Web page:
Lines in Eastland’s art do more than create new perspectives of space. They are also a way of incorporating an historical dimension into the work. Technically, this occurs in the careful layering of different stages of the work, each layer marking the previous one and leaving a trace in the one that follows. The result is an art of memory, trace and recollection in two senses. First, the artworks contain, within themselves, the traces or their own production to the point where it no longer makes sense to demarcate in Eastland’s art the process of production from the point of completion. Each artwork is complete in itself only by virtue of being a product in perpetual process, a feature that binds the different artworks themselves into a unified but open- ended and on-going artistic project. Secondly, Eastland’s art is thematically guided by the complexities of memory and recollection in that it represents the conjunction of past, present and future as an on-going process of deconstruction, reconstruction and , pure and simple, construction. Moments of intensity from the past (the passing of a Zeppelin over the Clock Tower) seamlessly blend together with significant events in the present (the fire that left a gaping void in the sea-front façade) to create a new Margate, Margate with a new future.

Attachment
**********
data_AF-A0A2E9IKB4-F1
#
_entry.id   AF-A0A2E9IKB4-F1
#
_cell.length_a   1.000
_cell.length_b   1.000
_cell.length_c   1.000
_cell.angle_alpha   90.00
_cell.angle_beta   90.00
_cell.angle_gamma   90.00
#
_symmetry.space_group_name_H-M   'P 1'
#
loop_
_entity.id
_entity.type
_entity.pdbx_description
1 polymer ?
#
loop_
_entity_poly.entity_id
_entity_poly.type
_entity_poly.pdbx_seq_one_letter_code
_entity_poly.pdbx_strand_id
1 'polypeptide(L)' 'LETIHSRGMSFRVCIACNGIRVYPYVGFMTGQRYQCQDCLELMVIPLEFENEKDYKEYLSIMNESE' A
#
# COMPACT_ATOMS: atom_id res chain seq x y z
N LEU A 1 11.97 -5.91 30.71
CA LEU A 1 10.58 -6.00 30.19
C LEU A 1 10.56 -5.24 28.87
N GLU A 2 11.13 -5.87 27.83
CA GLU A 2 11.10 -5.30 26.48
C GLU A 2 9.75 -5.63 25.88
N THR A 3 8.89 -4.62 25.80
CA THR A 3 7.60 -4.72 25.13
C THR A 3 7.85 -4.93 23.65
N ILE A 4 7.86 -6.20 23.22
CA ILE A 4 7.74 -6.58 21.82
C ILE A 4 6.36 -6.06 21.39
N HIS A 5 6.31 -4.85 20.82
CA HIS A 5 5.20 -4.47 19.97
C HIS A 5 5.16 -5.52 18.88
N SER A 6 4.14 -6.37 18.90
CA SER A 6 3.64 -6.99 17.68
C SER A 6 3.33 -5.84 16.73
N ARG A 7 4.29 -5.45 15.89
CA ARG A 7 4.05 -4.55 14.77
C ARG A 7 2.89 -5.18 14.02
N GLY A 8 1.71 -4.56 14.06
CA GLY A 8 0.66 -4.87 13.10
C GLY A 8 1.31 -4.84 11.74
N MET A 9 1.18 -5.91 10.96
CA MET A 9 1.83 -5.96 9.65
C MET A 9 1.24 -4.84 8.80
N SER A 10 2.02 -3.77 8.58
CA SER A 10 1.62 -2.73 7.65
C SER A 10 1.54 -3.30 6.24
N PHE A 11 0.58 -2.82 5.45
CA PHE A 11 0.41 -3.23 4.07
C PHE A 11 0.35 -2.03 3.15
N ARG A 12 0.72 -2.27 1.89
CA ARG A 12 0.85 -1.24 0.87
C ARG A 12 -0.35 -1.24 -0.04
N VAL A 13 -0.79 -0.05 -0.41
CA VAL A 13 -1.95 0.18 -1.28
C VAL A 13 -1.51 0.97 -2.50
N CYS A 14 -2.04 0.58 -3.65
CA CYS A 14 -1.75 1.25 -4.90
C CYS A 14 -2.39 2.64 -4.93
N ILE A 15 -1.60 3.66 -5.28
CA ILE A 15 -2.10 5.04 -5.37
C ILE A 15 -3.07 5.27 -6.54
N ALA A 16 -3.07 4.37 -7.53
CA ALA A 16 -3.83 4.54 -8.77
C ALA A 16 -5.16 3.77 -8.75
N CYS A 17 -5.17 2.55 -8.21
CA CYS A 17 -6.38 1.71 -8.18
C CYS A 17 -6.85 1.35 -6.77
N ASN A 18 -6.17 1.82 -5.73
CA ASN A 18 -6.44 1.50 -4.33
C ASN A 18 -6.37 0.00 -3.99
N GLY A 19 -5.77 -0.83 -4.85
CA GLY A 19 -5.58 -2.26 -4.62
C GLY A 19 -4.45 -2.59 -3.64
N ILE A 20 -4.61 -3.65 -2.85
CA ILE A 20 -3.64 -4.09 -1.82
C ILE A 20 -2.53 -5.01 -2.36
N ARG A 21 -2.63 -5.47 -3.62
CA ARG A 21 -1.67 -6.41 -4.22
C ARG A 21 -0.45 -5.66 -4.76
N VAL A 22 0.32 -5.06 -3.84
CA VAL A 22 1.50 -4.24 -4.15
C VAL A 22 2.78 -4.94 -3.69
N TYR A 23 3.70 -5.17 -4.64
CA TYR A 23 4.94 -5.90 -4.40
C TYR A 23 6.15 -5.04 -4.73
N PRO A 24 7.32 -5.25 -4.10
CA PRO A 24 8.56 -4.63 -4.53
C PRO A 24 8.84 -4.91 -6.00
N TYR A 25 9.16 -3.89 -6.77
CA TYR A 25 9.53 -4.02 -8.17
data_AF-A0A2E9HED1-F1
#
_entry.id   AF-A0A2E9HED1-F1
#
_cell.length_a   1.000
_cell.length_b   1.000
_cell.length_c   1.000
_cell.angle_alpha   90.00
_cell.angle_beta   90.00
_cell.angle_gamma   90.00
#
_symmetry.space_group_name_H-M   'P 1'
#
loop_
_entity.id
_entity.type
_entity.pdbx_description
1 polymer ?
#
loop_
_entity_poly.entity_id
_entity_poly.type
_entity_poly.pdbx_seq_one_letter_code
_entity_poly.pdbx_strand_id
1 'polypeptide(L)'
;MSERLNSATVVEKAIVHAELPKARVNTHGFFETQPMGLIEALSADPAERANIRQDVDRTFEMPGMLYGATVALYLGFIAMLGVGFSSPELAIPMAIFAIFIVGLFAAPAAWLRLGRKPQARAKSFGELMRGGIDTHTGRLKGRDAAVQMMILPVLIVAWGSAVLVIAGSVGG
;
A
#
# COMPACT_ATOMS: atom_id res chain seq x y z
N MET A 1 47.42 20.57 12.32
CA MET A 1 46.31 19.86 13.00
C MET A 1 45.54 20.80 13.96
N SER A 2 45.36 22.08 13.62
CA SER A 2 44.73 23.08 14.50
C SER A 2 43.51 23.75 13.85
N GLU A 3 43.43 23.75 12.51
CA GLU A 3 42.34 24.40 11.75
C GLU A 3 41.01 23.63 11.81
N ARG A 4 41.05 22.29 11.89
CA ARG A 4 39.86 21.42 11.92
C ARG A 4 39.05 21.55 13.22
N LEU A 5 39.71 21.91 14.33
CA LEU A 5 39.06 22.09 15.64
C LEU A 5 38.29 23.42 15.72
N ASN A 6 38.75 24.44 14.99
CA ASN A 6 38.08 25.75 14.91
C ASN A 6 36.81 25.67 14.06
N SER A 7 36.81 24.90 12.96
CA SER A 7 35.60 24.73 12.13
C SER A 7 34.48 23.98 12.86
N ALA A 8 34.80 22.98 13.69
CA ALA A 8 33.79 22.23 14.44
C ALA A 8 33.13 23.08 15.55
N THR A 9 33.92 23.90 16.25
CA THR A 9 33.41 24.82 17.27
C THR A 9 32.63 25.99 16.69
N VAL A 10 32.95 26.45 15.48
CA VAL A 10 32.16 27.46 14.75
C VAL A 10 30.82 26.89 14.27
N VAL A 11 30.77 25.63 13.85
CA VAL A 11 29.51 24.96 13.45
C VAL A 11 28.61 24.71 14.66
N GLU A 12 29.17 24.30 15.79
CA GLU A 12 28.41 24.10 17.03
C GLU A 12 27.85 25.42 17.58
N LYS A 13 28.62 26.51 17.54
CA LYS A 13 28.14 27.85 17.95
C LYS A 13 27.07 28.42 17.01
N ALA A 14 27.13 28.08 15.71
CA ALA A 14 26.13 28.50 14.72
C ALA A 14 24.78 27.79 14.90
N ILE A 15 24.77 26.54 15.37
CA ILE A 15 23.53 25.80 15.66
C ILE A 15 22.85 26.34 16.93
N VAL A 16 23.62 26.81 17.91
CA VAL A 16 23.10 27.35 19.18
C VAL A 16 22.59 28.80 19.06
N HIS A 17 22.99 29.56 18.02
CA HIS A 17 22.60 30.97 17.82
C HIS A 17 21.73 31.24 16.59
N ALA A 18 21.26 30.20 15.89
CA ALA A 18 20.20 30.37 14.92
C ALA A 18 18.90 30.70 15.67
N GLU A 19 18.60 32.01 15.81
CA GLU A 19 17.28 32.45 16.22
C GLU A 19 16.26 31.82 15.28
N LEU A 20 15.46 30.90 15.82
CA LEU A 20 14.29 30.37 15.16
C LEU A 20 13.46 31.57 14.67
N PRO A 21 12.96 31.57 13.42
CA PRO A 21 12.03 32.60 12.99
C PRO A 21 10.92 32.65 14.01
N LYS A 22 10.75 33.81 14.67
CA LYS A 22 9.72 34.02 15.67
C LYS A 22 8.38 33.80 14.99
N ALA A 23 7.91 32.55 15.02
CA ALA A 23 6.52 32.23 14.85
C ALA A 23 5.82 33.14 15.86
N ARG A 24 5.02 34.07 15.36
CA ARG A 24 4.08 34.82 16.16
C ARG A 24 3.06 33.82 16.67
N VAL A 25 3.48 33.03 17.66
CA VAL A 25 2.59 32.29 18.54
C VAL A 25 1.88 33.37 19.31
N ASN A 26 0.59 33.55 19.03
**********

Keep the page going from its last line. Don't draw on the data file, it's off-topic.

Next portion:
But lines are also the basis for writing and it is no coincidence that an artist of the line chooses to mark each layer of the artwork with text. Fragments of text are drawn from overheard conversations, family reminiscences, maps and thoughts to create interpretive resonances and dissonances within the work itself that put paid to any easy or overly simplistic attempt to express what Margate is becoming. Iconic names stand out amongst the text: the Nayland Rock Hotel, site of Mick Jagger and Jerry Hall’s wedding banquet in 1990 and now a holding centre for ‘asylum seekers’; The Droit House, once the home of the Harbour commission now housing the displays that announce the building of the Turner Contemporary art gallery: and, perhaps most of all, Dreamland, the once famous but now derelict amusement park whose name itself captures the mix of landscape and imagination so important to Eastland’s approach to art itself. Indeed, the language of Eastland’s art is at its most evocative and expressive when it uses simple descriptions and names of markers of intense change.